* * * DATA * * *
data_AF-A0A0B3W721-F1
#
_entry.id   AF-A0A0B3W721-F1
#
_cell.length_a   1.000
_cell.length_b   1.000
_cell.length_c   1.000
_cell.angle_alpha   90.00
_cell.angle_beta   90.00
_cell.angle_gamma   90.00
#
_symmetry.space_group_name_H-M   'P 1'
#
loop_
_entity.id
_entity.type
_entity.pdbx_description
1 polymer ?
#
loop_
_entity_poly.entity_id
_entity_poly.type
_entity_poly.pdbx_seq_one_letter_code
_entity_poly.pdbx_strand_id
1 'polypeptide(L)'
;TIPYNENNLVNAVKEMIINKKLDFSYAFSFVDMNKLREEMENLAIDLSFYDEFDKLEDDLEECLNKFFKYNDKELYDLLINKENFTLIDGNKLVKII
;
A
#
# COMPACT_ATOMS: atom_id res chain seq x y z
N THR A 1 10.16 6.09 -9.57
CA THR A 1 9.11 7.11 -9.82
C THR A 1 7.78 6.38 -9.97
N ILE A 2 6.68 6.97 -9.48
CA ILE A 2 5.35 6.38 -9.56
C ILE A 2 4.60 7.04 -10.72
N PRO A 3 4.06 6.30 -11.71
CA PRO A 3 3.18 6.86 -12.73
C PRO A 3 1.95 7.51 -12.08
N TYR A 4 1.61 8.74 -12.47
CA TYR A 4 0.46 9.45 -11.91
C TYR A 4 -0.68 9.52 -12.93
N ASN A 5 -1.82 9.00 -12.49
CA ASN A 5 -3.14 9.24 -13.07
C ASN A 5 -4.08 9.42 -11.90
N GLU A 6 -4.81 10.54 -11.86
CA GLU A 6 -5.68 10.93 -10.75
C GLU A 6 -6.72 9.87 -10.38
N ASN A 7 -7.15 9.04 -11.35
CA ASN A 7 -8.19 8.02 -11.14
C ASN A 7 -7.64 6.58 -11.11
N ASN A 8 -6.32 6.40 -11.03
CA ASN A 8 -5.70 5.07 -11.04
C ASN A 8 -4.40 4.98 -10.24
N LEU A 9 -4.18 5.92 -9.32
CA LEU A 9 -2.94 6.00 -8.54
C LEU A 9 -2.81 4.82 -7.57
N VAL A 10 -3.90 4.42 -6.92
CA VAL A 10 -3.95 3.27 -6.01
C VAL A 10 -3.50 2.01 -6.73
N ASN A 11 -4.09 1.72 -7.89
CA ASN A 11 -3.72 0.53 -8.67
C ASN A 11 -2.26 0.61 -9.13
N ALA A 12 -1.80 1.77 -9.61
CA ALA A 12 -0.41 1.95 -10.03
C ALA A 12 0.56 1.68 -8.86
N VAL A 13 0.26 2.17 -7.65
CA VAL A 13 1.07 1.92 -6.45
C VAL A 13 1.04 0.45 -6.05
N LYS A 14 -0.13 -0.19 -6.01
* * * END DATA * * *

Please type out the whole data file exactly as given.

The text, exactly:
data_AF-A0A0B3W721-F1
#
_entry.id   AF-A0A0B3W721-F1
#
_cell.length_a   1.000
_cell.length_b   1.000
_cell.length_c   1.000
_cell.angle_alpha   90.00
_cell.angle_beta   90.00
_cell.angle_gamma   90.00
#
_symmetry.space_group_name_H-M   'P 1'
#
loop_
_entity.id
_entity.type
_entity.pdbx_description
1 polymer ?
#
loop_
_entity_poly.entity_id
_entity_poly.type
_entity_poly.pdbx_seq_one_letter_code
_entity_poly.pdbx_strand_id
1 'polypeptide(L)'
;TIPYNENNLVNAVKEMIINKKLDFSYAFSFVDMNKLREEMENLAIDLSFYDEFDKLEDDLEECLNKFFKYNDKELYDLLINKENFTLIDGNKLVKII
;
A
#
# COMPACT_ATOMS: atom_id res chain seq x y z
N THR A 1 10.16 6.09 -9.57
CA THR A 1 9.11 7.11 -9.82
C THR A 1 7.78 6.38 -9.97
N ILE A 2 6.68 6.97 -9.48
CA ILE A 2 5.35 6.38 -9.56
C ILE A 2 4.60 7.04 -10.72
N PRO A 3 4.06 6.30 -11.71
CA PRO A 3 3.18 6.86 -12.73
C PRO A 3 1.95 7.51 -12.08
N TYR A 4 1.61 8.74 -12.47
CA TYR A 4 0.46 9.45 -11.91
C TYR A 4 -0.68 9.52 -12.93
N ASN A 5 -1.82 9.00 -12.49
CA ASN A 5 -3.14 9.24 -13.07
C ASN A 5 -4.08 9.42 -11.90
N GLU A 6 -4.81 10.54 -11.86
CA GLU A 6 -5.68 10.93 -10.75
C GLU A 6 -6.72 9.87 -10.38
N ASN A 7 -7.15 9.04 -11.35
CA ASN A 7 -8.19 8.02 -11.14
C ASN A 7 -7.64 6.58 -11.11
N ASN A 8 -6.32 6.40 -11.03
CA ASN A 8 -5.70 5.07 -11.04
C ASN A 8 -4.40 4.98 -10.24
N LEU A 9 -4.18 5.92 -9.32
CA LEU A 9 -2.94 6.00 -8.54
C LEU A 9 -2.81 4.82 -7.57
N VAL A 10 -3.90 4.42 -6.92
CA VAL A 10 -3.95 3.27 -6.01
C VAL A 10 -3.50 2.01 -6.73
N ASN A 11 -4.09 1.72 -7.89
CA ASN A 11 -3.72 0.53 -8.67
C ASN A 11 -2.26 0.61 -9.13
N ALA A 12 -1.80 1.77 -9.61
CA ALA A 12 -0.41 1.95 -10.03
C ALA A 12 0.56 1.68 -8.86
N VAL A 13 0.26 2.17 -7.65
CA VAL A 13 1.07 1.92 -6.45
C VAL A 13 1.04 0.45 -6.05
N LYS A 14 -0.13 -0.19 -6.01